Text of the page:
“This is the first time that any kind of government agency in North Carolina had done a partnership with a musical artist like this, so there was a lot of ebb and flow and figuring it out as we went along,” Johnson says. “We have big ideas and hope for the partnership, but it is uncharted territory, so we are taking it a day at a time. I am making the most of any opportunity I have to represent agriculture in the best way possible. It’s been a bit to take on, but I’m excited about it.”

Johnson took part in planning the video and was adamant about getting all the North Carolina agriculture aspects into it. She said they spent a good deal of time interspersing pictures of livestock with vegetables, fruit, seafood and other things North Carolina has that help feed the nation. Her lyrics remind that a farmer and rancher’s work is never done, and that this lifestyle is no 9-5 job, but one that lasts until the work is done, however long that takes. The most important part of the video is in these poignant lines from the song – “God made a farmer because he knew he needed us around, to feed the homes in the hometowns.”

Johnson will combine her already scheduled appearances with other visits the Department of Agriculture will set up for her to promote North Carolina agriculture. “They are adamant of me being in the public promoting my career, and I already have quite a few different festivals in the spring, summer and fall where I will be performing and talking about Got to Be NC,” she says.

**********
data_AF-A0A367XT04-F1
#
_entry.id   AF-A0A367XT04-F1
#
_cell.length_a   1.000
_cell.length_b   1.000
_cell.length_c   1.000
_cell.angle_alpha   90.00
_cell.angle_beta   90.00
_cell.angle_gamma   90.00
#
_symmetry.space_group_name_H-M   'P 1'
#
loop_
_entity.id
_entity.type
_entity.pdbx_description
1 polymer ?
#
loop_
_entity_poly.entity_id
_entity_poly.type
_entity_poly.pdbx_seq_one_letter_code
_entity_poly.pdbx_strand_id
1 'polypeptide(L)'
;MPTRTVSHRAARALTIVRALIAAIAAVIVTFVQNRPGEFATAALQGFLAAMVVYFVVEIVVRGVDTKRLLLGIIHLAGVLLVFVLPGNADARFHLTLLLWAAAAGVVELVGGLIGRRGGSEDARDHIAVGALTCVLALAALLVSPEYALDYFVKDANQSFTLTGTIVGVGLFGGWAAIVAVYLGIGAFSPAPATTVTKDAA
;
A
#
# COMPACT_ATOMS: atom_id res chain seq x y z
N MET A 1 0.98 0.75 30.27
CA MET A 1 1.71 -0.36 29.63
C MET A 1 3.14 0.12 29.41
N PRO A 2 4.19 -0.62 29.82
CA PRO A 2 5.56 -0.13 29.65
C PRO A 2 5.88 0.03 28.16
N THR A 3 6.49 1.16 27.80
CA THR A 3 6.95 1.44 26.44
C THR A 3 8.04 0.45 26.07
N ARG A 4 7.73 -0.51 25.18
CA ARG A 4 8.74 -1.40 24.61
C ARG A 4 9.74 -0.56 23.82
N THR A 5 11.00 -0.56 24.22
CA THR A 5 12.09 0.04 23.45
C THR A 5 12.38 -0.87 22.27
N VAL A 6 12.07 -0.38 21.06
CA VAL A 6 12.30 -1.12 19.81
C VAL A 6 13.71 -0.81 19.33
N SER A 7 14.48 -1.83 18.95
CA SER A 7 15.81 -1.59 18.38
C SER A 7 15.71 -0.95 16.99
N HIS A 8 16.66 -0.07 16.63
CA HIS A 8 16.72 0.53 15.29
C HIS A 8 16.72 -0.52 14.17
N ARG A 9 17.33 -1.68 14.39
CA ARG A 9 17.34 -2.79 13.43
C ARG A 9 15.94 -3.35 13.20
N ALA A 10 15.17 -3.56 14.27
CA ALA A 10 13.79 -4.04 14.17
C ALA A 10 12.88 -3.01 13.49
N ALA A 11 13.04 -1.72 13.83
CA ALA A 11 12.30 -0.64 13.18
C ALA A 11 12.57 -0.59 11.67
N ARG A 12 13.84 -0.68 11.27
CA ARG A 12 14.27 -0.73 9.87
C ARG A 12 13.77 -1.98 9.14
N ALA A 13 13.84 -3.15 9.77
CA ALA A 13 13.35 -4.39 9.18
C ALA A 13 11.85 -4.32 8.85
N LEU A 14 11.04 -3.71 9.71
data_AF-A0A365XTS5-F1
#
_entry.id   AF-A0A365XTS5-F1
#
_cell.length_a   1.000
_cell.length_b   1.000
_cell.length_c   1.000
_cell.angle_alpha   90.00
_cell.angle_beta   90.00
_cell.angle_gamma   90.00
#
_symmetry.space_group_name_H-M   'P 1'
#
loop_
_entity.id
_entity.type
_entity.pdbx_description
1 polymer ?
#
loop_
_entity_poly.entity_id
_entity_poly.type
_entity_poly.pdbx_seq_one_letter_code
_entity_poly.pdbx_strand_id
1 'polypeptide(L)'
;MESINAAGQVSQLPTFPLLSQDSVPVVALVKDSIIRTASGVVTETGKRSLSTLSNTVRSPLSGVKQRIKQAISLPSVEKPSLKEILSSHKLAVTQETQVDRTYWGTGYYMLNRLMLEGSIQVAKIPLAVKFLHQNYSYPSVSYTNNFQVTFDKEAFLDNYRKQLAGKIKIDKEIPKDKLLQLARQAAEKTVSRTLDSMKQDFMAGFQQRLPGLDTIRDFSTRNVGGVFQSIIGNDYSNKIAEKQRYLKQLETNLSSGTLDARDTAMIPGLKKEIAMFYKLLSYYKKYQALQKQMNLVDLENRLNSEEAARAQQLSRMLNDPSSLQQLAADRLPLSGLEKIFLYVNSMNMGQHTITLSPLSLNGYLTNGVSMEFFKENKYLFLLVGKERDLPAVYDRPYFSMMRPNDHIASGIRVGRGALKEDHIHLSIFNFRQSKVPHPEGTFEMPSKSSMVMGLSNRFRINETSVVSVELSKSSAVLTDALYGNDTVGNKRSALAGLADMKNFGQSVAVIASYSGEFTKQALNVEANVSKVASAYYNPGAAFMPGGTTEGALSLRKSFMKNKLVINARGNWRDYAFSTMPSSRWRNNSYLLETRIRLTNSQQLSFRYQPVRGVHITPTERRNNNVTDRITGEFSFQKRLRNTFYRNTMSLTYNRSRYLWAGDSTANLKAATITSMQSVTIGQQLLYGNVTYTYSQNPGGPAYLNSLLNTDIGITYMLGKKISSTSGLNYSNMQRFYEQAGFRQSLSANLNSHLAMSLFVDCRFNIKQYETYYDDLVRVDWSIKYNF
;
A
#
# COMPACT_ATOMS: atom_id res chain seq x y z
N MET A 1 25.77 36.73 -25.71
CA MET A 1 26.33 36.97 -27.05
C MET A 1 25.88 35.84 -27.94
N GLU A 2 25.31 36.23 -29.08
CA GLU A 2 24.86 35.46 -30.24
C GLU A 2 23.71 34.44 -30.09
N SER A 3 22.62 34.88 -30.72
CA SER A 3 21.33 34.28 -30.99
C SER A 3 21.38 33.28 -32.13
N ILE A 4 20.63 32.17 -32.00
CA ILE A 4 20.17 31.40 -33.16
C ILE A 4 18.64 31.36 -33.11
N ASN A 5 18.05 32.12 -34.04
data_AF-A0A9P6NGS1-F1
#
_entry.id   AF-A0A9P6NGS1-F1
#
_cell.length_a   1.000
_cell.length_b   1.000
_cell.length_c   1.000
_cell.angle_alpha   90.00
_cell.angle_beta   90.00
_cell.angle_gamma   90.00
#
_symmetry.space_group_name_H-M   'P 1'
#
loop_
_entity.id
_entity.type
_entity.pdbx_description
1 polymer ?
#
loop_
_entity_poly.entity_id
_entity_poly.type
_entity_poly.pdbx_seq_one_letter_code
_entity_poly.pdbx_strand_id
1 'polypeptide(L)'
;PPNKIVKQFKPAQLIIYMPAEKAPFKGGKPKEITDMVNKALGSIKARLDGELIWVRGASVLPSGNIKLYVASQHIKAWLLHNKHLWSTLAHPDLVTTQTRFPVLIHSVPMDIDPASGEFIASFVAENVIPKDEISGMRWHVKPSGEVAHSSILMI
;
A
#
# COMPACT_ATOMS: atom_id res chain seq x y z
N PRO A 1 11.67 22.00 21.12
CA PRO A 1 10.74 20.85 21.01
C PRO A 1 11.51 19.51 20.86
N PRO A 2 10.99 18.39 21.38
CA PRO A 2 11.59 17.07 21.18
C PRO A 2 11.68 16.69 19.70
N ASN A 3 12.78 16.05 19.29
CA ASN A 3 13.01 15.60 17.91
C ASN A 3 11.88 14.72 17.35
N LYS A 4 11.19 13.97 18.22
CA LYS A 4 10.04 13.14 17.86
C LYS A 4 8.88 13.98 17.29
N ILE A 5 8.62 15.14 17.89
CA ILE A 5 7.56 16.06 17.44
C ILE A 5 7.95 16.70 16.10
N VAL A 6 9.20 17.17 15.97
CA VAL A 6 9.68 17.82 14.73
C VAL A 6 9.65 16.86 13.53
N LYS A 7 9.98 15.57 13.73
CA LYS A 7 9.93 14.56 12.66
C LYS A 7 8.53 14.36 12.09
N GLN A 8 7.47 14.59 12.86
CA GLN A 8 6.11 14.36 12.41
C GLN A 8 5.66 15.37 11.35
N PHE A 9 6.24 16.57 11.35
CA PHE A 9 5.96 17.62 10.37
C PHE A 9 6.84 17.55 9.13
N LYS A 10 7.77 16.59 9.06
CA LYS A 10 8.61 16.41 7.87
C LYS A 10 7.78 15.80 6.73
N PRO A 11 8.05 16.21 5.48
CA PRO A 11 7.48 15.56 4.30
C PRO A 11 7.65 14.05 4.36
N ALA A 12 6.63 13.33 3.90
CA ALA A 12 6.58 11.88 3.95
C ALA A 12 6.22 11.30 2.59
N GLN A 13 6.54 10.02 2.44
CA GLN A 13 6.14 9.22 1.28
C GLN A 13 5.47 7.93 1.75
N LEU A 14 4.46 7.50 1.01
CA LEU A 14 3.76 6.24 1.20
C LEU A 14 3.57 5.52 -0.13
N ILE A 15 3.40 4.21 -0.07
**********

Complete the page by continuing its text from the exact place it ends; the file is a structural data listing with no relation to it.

At the same time the Department of Agriculture is working to book her into schools before the end of the school year so she can talk to high school students about the importance of agriculture in their state. “The biggest thing we are working on is to visit high schools throughout the state who have a strong FFA program and music program, so we can bring those two groups of teens together with me as a spokesperson, to show them there is a world where they can work together with both the things they love to do.  I’m looking forward to getting to meet these students and share those nuggets of how they can put agriculture and music history together in our state. I will be playing music and hoping to get them excited and involved as well as bring out more of my music so they can continue to see how this message can continue to be used to get the agriculture in North Carolina message across.”